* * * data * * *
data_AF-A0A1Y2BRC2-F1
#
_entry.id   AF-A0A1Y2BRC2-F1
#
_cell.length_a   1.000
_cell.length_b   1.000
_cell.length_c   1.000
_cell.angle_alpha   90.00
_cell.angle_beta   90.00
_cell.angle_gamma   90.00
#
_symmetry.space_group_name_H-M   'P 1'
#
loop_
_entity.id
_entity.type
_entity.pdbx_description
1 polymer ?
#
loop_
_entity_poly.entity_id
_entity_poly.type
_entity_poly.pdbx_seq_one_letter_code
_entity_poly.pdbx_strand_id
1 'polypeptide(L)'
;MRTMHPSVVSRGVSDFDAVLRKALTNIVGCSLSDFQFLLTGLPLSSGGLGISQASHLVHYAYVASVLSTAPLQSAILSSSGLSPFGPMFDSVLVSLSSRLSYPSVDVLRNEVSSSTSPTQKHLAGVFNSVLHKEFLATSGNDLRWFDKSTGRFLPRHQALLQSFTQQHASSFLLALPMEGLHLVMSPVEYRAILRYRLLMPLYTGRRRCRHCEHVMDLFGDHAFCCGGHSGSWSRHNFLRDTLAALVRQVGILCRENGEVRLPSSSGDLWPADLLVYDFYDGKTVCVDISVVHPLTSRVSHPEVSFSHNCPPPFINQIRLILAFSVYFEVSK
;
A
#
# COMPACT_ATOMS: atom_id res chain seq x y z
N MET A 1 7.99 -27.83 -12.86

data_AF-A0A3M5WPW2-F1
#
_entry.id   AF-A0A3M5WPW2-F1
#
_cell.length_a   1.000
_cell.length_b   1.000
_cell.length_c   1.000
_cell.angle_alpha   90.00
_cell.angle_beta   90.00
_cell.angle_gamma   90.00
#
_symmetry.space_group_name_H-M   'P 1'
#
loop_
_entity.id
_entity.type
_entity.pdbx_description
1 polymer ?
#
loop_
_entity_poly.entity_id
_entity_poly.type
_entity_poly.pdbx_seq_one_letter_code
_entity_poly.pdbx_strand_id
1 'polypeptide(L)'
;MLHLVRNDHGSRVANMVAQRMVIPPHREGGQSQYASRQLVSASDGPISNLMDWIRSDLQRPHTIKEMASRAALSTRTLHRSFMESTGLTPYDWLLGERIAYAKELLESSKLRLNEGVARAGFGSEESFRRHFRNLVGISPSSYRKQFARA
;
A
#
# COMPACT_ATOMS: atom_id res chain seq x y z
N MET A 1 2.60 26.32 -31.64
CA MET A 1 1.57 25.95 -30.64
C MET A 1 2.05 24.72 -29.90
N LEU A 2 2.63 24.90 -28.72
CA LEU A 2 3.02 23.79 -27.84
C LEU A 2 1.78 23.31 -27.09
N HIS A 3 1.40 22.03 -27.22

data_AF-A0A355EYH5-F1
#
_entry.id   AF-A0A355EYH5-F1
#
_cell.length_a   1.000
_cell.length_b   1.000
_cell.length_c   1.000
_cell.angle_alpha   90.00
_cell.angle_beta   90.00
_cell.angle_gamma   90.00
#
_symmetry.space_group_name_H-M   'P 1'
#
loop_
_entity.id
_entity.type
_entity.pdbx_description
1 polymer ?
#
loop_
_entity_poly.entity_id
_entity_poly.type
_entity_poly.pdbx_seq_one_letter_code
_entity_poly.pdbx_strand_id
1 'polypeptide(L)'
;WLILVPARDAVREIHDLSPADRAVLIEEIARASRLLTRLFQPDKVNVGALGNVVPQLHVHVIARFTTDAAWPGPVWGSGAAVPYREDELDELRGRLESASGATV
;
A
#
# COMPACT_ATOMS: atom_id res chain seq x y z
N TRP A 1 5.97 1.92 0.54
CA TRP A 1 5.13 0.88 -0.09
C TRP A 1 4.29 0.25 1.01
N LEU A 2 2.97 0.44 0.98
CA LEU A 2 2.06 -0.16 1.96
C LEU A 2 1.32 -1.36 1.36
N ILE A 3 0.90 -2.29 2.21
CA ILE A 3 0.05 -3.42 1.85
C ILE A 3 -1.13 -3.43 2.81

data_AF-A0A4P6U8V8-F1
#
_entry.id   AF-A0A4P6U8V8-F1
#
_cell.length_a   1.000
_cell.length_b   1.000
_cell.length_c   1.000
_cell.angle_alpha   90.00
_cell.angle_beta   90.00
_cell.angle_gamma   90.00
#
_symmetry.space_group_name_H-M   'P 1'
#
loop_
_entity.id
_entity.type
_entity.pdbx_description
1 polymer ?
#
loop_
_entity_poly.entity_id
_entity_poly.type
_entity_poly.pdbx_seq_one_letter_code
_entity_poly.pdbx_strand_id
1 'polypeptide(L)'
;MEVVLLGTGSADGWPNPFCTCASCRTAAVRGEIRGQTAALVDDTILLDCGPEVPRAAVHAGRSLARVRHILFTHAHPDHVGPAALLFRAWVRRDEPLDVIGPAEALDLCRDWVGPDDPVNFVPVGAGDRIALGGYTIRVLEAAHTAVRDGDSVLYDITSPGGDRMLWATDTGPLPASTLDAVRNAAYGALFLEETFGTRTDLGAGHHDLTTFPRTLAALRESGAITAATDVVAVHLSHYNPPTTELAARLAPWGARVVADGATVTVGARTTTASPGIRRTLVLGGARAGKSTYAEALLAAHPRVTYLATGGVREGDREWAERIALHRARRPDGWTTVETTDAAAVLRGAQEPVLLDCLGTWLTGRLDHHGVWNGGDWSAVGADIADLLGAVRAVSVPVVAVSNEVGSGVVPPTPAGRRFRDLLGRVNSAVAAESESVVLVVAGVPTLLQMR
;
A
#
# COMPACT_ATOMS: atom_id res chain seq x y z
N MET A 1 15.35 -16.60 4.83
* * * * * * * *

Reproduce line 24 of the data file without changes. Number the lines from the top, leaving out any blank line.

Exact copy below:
_entity_poly.pdbx_strand_id